Top US diplomat John Kerry has stated that the Minsk peace plan could be fulfilled in the coming months, allowing sanctions on Moscow to be lifted. The Russian economy has been shaken by the embargo and low oil prices.
Speaking at the World Economic Forum in Davos on Friday, the US Secretary of State commented on the areas of cooperation between Washington and Moscow and the peace effort in east Ukraine.
Kerry and US Vice President Joe Biden discussed the implementation of the Minsk peace plan with Ukrainian President Petro Poroshenko during the Davos conference, he said.
"And I believe that, with effort and with bona-fide legitimate intent to solve the problem on both sides, it is possible in these next months to find those Minsk agreements implemented and to get to a place where sanctions (against Russia) can be appropriately, because of the full implementation, removed," Kerry said.
Earlier this week, Kerry met with the Russian foreign minister, Sergey Lavrov, in Zurich.
Kyiv and Moscow remain at odds
The US and the EU announced the sanctions against Moscow in the summer of 2014, in response to the separatist uprising allegedly backed by Russia. The restrictions have mostly targeted Russia's banking, energy and defense sectors.
In December 2015, the EU prolonged its sanctions for another six months, saying that the Kremlin has failed to fully comply with the Minsk accord.
US officials have also linked the lifting of the embargo with the peace effort.
Many elements of the Minsk deal have already been put into action, including a break in fighting and withdrawal of heavy weapons. However, Moscow and Kyiv continue to trade blame for the unresolved issues, which include local elections in the rebel-held areas and greater autonomy for the separatist regions.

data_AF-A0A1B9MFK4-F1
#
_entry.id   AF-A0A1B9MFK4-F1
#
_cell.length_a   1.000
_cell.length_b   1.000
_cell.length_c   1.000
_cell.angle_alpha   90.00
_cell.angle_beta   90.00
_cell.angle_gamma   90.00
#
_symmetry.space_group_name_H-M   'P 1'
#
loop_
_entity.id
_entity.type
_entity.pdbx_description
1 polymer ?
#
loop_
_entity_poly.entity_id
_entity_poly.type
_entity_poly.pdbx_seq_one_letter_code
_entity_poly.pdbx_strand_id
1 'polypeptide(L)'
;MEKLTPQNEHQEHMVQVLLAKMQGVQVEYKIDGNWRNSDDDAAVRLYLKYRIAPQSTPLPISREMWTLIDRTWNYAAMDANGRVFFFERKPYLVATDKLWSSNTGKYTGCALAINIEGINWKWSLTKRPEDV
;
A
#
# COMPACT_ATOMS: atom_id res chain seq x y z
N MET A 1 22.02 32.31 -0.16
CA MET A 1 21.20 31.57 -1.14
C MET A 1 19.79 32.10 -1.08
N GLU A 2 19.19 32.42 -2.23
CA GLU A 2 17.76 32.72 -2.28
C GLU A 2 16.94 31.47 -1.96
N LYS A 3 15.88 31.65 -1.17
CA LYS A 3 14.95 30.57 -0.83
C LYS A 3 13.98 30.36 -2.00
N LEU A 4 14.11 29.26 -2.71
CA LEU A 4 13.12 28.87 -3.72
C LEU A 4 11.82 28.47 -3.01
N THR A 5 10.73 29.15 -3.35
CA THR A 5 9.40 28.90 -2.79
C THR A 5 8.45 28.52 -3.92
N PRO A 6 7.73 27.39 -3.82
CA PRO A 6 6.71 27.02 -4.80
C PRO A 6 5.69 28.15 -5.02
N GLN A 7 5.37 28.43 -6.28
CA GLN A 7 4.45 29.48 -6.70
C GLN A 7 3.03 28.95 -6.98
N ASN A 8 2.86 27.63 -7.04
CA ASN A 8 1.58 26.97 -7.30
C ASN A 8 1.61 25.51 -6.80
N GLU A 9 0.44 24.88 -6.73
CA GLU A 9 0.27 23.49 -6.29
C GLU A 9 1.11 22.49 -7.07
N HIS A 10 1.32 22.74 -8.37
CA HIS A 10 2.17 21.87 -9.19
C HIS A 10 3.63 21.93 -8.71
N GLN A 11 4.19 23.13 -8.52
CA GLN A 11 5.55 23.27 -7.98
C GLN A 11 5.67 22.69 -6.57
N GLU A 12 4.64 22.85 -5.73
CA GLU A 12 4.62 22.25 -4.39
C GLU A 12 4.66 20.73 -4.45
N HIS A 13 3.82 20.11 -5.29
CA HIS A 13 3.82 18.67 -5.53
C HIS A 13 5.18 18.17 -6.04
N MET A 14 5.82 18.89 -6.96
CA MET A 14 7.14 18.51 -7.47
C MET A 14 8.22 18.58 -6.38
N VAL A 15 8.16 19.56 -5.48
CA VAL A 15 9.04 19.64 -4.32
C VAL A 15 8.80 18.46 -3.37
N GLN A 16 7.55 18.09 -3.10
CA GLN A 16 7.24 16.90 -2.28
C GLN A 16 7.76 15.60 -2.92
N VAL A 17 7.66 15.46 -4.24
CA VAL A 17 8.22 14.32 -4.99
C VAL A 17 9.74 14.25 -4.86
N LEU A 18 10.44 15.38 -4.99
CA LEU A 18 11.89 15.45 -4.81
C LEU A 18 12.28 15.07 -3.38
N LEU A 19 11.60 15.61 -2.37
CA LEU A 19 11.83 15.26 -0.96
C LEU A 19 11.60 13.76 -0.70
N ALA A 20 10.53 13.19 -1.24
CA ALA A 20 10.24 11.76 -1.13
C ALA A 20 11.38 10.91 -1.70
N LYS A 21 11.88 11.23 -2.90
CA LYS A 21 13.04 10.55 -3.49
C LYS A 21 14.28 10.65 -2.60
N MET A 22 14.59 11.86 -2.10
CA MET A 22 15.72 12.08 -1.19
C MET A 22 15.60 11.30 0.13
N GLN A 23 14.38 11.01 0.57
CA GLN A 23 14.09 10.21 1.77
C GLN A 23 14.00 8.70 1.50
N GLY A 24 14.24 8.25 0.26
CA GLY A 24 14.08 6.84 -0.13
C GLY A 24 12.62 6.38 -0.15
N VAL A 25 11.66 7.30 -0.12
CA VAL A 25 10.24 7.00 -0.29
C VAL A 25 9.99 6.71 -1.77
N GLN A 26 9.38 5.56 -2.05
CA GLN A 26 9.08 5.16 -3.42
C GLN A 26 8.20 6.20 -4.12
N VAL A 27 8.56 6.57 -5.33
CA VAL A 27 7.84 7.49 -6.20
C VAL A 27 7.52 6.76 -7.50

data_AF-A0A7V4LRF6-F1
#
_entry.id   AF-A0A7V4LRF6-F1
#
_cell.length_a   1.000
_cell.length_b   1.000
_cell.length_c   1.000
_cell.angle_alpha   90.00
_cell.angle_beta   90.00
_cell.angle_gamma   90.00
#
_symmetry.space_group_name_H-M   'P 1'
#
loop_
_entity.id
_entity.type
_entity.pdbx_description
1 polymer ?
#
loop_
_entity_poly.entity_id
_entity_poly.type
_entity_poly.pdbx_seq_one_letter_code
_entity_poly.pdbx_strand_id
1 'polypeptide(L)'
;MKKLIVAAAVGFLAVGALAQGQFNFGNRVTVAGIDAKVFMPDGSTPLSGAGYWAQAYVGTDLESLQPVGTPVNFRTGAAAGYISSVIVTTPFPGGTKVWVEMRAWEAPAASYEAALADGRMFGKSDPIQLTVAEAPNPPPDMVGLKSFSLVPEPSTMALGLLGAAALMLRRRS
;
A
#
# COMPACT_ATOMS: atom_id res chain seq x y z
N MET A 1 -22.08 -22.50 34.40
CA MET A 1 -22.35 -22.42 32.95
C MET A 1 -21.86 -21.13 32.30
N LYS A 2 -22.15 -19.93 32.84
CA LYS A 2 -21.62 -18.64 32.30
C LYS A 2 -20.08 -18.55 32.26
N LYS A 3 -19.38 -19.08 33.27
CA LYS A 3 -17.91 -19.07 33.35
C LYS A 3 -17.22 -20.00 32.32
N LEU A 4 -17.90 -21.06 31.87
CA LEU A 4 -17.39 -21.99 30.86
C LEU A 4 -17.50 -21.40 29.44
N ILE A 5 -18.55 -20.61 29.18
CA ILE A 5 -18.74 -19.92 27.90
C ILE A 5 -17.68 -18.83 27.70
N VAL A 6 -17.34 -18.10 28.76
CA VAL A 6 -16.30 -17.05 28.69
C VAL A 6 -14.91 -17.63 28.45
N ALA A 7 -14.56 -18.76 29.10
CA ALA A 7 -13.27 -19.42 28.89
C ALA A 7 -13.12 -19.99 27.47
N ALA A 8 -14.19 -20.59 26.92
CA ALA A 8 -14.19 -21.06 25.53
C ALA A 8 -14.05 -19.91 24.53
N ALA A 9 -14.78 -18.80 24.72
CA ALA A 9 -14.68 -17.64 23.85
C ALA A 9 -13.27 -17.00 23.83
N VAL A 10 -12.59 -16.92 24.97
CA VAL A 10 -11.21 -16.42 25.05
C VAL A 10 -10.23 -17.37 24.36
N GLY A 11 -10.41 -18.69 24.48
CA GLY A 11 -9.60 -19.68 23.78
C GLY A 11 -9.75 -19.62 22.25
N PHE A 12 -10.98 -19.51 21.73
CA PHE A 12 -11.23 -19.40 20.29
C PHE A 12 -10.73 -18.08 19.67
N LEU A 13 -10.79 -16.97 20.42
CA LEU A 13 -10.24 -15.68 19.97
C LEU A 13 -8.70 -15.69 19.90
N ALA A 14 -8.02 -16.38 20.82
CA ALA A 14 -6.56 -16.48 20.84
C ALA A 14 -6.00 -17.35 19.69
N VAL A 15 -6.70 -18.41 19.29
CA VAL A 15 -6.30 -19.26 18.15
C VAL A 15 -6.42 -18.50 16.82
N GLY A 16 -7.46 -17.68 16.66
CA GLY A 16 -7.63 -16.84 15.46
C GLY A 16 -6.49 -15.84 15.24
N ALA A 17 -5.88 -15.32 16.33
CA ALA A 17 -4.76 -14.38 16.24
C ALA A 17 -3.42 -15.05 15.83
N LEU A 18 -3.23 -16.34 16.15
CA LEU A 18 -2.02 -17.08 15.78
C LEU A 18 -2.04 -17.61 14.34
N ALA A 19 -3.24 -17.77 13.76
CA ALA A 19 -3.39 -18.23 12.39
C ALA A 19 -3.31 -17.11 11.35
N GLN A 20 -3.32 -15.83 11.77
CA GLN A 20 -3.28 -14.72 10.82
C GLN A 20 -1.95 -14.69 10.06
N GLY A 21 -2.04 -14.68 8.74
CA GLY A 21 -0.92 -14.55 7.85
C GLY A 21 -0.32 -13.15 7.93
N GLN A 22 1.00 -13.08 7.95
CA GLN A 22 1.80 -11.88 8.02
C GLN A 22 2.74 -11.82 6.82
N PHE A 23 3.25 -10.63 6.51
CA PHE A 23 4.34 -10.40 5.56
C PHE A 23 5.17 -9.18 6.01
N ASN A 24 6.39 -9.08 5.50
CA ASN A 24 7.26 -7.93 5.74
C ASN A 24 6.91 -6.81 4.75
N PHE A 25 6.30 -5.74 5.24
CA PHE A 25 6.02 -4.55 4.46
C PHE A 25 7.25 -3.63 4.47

Moscow accuses US of 'provocations'
The Russian economy has been struggling to absorb the losses caused by the Western sanctions, with the low oil prices and falling ruble adding to the instability.
The EU has also been facing increasing pressure from some members to ease the sanctions and allow European companies to do business on the Russian market.
Despite the positive signals on the economic front, relations between Moscow and the West remain strained.
On Friday, Russian Foreign Ministry accused the US of spreading anti-Russian propaganda and conducting "provocations" against Russian diplomats, according to Reuters news agency. The barb follows the US decision to withdraw the credentials of five Russian honorary consuls.
Only a day earlier, a UK probe indicated that the Kremlin "probably approved" a murder of an ex-KGB agent. Moscow rejected the findings as a "joke."
dj/kms (Reuters, Interfax, Ukrainski Novini)